Now that the air has been cleared after the fracas, Pheko remains calm and graceful, evidently unperturbed by what could be regarded a “storm in a teacup” considering the long battle ahead for the hotly-contested Gaborone Central constitjuency. In an interview with The Midweek Sun this week, Pheko said she hopes to bring visionary, issue based, solution-orientated and clean outcome-based politics.

“Basically accountable leadership that recognises that MPs are given a five-year mandate and at the end of that period, they need to account to the people who voted them in,” she said. She said it is imperative for Batswana to introspect and figure out exactly what they want. “I wish Batswana could objectively evaluate the status of their personal lives, community lives, national development status and determine if they want to give the current government or those they have elected a renewed mandate,” she said.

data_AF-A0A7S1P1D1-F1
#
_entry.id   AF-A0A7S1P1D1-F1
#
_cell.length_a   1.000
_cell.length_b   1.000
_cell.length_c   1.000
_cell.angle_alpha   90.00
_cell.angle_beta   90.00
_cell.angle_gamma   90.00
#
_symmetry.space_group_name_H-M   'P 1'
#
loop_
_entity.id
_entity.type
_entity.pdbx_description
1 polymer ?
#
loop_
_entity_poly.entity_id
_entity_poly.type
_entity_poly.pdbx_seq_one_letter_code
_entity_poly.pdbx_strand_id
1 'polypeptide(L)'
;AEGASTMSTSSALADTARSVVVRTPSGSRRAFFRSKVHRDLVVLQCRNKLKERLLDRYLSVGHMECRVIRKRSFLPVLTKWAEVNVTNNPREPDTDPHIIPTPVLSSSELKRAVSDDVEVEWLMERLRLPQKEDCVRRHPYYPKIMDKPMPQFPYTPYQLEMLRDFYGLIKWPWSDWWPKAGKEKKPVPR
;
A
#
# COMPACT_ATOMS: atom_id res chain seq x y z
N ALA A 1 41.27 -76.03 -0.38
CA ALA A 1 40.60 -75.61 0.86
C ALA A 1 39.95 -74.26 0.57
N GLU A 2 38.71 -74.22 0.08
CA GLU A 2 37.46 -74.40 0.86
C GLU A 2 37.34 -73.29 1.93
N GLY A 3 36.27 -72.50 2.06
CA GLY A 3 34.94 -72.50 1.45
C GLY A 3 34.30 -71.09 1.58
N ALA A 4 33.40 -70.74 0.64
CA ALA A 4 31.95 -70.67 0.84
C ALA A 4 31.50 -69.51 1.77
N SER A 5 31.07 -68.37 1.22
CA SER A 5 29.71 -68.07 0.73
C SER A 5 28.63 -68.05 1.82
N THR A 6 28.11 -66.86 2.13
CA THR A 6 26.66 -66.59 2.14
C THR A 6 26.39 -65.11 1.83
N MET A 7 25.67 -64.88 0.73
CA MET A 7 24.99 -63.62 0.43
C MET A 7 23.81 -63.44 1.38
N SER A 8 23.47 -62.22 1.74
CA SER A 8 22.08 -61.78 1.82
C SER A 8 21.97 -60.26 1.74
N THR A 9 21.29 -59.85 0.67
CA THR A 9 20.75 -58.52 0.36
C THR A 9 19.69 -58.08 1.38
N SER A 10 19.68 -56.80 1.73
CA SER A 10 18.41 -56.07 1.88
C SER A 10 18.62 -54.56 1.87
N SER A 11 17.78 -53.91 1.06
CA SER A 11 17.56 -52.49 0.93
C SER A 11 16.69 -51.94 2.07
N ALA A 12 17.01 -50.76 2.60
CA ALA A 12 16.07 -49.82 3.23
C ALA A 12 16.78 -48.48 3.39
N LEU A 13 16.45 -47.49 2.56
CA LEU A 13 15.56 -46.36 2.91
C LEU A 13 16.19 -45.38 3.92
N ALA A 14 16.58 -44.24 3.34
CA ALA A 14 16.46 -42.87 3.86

She will subject herself to the same assessment in 2024, should she clinch the Parliamentary seat in the coming elections.“I have already committed to be a voice of the women, youth, education and community building,” she said. Pheko said that her political awakening was in 2008/2009, when the former president Ian Khama took over from Festus Mogae. “I believe that I am one of the Batswana who noticed or predicted then that his leadership style would not be suitable for the nation of Botswana.

At the time, I also realised that it was my civic responsibility to stop complaining about government and be part of a political home. I then applied for membership in the BCP – where I have been an activist.” Generally, in Botswana politics appear to be a hostile terrain for women. Pheko is however not naïve to the reality of politics. She is aware of how women are often undermined and discredited by virtue of their gender.